Matt’s comment to yesterday’s CBE post got me thinking and Googling.
In case I’ve left the wrong impression, I will start by going on the record as saying that I think CBE is potentially a great idea, and that I am even cautiously optimistic about the practice of CBE in Iowa. My objections, at this point, are about apparent plans to impose CBE on all Iowa districts.
A disclaimer: my Montessori experience is largely with the primary level (ages 3-6) and some familiarity with the elementary level. There aren’t very many Montessori high schools, and Montessori isn’t trademarked, so my impressions are based more on my understanding of Montessori philosophy and practice at the earlier grade levels rather than at the high school level.
I think some of the apparent differences between Montessori and CBE are, to some extent, more of a difference in the language used to describe the programs then a substantial difference. However, I have a few initial thoughts on differences between Montessori and CBE.
Interestingly, Montessori developed from the youngest children upward, while Iowa CBE appears to be starting with the oldest children with plans to add younger children later.
Iowa CBE strikes me as still being driven by external motivation (does my teacher think that I have done enough to earn a credit/grade?) while Montessori attempts to preserve and foster internal motivation, learning for self-satisfaction of the child rather than to please the teacher. Montessori does this in various ways, including independent choice, not having grades, and creating opportunities for children to discover and correct their own errors, through either control of error or having children check their own work, rather than having the teacher correct them.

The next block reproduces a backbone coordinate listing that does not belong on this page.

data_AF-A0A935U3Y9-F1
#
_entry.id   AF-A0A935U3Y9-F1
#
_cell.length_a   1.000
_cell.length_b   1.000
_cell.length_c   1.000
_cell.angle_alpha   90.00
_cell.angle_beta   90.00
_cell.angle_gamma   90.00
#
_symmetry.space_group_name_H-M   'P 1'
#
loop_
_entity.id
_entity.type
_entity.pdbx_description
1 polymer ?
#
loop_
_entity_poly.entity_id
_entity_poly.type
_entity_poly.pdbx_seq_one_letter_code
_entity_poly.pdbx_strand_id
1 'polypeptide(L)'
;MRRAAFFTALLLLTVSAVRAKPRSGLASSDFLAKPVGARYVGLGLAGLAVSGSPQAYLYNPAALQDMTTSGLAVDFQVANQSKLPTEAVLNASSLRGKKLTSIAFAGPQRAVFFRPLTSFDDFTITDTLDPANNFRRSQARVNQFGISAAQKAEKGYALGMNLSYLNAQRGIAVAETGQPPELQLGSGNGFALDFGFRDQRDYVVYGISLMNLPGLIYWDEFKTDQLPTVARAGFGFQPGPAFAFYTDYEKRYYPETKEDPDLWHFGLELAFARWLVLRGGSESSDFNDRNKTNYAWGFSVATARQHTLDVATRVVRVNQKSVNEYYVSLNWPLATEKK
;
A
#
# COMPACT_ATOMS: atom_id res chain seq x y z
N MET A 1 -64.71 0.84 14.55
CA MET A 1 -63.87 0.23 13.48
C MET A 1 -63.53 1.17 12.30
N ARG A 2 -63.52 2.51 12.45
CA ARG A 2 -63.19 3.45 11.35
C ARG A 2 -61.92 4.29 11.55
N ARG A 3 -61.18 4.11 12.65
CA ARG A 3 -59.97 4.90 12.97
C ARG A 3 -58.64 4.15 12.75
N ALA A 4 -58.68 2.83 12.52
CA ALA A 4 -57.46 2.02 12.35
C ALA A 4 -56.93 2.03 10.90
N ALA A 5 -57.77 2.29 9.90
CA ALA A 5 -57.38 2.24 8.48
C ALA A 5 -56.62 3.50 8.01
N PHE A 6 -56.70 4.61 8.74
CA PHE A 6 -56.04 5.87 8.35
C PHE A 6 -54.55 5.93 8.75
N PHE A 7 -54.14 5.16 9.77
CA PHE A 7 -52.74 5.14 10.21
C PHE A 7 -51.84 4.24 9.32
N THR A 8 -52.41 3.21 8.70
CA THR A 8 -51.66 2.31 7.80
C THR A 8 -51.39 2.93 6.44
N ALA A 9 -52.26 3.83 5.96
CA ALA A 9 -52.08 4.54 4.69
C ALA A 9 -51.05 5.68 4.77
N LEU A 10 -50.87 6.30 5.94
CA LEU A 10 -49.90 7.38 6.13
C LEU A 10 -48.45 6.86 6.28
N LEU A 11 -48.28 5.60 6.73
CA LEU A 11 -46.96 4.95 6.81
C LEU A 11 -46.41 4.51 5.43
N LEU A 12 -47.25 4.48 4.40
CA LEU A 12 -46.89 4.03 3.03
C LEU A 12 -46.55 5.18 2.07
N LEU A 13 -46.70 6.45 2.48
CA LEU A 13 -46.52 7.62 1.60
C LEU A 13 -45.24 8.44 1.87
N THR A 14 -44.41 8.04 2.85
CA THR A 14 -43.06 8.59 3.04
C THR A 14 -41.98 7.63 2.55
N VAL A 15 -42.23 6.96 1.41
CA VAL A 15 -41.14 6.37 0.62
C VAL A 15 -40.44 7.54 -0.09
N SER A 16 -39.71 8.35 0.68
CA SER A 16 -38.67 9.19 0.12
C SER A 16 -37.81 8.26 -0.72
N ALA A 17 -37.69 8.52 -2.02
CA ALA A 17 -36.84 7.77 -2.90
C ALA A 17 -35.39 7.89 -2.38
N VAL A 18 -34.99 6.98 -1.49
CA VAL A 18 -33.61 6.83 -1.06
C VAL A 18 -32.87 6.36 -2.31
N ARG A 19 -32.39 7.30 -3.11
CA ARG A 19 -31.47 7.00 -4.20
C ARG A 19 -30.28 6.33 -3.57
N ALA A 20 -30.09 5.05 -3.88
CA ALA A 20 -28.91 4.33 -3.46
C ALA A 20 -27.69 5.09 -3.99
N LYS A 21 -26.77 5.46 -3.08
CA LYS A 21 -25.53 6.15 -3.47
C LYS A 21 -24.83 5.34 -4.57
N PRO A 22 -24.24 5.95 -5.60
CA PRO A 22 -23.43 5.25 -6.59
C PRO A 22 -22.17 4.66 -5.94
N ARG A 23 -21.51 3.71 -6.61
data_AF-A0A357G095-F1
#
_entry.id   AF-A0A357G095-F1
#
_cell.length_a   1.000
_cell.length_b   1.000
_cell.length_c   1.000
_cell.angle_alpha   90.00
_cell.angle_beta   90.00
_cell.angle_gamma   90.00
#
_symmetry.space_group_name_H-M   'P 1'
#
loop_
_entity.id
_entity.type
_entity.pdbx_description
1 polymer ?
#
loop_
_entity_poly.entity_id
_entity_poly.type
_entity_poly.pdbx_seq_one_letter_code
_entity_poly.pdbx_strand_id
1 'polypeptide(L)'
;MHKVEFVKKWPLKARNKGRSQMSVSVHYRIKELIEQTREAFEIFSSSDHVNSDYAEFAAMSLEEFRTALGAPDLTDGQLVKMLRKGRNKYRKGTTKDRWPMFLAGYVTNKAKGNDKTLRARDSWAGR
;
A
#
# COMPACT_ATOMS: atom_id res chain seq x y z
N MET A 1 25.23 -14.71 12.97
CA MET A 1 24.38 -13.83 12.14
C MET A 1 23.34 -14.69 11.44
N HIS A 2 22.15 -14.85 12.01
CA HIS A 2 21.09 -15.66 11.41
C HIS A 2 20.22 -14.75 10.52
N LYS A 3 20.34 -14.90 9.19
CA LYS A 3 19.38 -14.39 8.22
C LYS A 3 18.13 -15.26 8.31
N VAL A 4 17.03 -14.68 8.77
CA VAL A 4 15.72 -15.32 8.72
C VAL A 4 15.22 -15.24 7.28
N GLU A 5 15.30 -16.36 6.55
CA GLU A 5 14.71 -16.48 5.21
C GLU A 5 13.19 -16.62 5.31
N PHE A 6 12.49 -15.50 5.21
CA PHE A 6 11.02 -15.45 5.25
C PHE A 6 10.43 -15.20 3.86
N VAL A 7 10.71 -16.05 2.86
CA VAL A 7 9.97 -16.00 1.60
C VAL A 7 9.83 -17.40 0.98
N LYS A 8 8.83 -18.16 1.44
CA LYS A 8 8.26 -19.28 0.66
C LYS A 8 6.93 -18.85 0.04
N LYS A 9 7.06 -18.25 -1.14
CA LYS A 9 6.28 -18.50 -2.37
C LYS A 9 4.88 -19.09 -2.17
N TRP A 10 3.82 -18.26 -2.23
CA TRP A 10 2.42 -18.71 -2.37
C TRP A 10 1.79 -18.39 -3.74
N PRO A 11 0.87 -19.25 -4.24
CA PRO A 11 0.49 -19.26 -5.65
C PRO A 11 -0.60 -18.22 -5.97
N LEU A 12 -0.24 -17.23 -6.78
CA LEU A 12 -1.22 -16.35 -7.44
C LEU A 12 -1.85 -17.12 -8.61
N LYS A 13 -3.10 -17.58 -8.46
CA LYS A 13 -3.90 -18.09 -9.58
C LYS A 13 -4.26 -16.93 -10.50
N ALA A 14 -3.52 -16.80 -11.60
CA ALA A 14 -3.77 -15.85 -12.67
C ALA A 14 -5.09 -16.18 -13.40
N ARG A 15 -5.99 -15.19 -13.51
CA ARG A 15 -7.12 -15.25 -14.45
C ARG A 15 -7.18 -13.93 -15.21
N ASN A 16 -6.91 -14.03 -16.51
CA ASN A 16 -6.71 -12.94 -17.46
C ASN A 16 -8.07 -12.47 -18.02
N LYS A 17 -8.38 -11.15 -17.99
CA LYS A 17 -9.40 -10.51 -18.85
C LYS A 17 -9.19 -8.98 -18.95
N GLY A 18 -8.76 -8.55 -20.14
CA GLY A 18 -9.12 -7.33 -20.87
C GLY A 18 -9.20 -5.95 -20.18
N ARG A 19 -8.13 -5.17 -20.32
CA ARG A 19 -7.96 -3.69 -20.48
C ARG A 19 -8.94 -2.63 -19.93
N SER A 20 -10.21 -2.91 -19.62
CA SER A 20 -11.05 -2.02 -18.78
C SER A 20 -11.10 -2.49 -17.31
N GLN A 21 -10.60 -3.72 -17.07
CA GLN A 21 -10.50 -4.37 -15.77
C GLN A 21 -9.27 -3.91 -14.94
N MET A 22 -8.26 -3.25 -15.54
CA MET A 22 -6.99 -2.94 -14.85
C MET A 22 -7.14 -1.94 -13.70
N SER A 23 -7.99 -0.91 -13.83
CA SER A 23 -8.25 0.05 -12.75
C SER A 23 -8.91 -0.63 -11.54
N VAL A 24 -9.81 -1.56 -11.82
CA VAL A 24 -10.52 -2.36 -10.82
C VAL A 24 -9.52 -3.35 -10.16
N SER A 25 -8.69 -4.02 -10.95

Iowa CBE seems to be looking at relying heavily on technology and data to facilitate student self-pacing, while Montessori has been facilitating student self-pacing for one hundred years through a combination of teacher observations, uninterrupted work periods, multiage classrooms, independent choice in a prepared environment, and materials designed with control of error or that children can check for themselves.
Iowa CBE seems assessment obsessed to me, though this may be at least partly a function of language. I will say that I have never heard Montessori teachers discuss formative assessments; Montessori teachers are constantly observing students at work in the classroom and noting their development, inviting them to lessons as they appear ready for them.